The original Germanic peoples inhabited a region from present-day southern Scandinavia and the Netherlands to Poland. These warring tribes gradually spread southward through Germany, Austria, and parts of Switzerland during the early years of the Roman Empire, wrecking havoc. Some of these Germanic tribes also forcibly moved into the British Isles, Iceland, and the Faeroe Islands north of Scotland.
Isolated words and names recorded by Latin authors beginning in the 1st century BC display mark the evolution of the large group of Germanic languages. The Gothic Bible, translated by Bishop Ulfilas in about AD 350 is the earliest extensive Germanic text.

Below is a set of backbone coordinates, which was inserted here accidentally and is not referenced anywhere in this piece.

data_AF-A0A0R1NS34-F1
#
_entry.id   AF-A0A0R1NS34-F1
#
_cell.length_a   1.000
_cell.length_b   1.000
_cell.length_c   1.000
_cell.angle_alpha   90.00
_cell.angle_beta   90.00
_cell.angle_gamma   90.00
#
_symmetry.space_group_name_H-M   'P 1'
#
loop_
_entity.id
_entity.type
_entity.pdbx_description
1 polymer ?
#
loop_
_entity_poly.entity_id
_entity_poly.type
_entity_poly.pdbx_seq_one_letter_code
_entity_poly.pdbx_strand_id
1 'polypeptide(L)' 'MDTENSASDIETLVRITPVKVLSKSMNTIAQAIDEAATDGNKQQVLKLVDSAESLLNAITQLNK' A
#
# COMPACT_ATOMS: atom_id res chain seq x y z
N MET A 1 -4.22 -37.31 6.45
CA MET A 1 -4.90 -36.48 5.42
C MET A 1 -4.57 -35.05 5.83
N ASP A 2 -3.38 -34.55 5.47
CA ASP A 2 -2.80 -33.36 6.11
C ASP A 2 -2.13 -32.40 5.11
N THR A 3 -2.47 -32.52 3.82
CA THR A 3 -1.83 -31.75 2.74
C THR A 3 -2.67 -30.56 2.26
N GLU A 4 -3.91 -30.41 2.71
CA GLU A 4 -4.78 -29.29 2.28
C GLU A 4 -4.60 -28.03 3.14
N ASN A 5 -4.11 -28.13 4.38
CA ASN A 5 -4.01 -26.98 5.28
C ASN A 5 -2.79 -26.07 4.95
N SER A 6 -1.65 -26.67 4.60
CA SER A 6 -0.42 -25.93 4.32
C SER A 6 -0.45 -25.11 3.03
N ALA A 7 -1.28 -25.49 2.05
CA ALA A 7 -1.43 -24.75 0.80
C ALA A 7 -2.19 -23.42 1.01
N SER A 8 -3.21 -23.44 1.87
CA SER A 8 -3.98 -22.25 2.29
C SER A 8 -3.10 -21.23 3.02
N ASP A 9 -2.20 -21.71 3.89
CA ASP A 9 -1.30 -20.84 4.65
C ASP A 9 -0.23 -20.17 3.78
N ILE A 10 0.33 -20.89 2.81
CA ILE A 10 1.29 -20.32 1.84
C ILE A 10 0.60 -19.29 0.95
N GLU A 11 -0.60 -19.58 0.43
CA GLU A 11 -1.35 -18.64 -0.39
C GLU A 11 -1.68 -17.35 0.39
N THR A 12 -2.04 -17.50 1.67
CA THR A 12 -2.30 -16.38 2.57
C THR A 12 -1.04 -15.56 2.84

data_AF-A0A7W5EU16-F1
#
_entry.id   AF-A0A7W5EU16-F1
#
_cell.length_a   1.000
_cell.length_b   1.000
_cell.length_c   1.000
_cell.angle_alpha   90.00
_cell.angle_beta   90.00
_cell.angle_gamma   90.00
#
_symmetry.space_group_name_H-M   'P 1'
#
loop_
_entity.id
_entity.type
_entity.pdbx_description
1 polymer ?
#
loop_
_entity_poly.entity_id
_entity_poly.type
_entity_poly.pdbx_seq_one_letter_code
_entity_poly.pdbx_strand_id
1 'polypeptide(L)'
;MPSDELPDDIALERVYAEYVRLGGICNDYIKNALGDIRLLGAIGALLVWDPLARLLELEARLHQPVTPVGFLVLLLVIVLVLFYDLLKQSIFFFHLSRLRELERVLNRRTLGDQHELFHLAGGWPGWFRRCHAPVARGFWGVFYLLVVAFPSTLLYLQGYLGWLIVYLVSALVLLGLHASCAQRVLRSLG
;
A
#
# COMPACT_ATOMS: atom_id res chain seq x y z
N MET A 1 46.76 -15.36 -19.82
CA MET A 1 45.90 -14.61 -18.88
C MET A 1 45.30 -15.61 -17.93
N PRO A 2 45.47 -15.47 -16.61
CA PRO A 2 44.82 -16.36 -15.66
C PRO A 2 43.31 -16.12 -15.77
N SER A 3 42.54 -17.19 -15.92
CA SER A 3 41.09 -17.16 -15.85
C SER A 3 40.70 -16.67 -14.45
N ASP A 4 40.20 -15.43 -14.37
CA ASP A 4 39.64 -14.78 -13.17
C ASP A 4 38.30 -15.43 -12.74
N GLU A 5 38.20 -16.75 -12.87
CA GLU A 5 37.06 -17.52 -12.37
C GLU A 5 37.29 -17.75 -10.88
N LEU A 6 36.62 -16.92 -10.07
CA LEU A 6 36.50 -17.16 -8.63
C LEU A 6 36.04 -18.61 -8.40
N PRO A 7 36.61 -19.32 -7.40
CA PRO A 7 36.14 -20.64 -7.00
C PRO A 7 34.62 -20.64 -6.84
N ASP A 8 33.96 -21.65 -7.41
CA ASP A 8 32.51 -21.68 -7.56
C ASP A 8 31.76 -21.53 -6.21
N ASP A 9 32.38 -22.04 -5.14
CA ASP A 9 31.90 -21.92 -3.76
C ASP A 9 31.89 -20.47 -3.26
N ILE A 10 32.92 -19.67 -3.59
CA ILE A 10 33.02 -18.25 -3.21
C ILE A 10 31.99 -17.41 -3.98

The Germanic languages, a branch of the Indo-European language family, are divided into East Germanic (Gothic, now extinct), West Germanic (Afrikaans, Dutch, English, Flemish, Frisian, Low German, High German, and Yiddish), and North Germanic (Danish, Farosese, Icelandic, Norwegian, and Swedish). Of these, English has the largest number of speakers, considerably more than 300 million.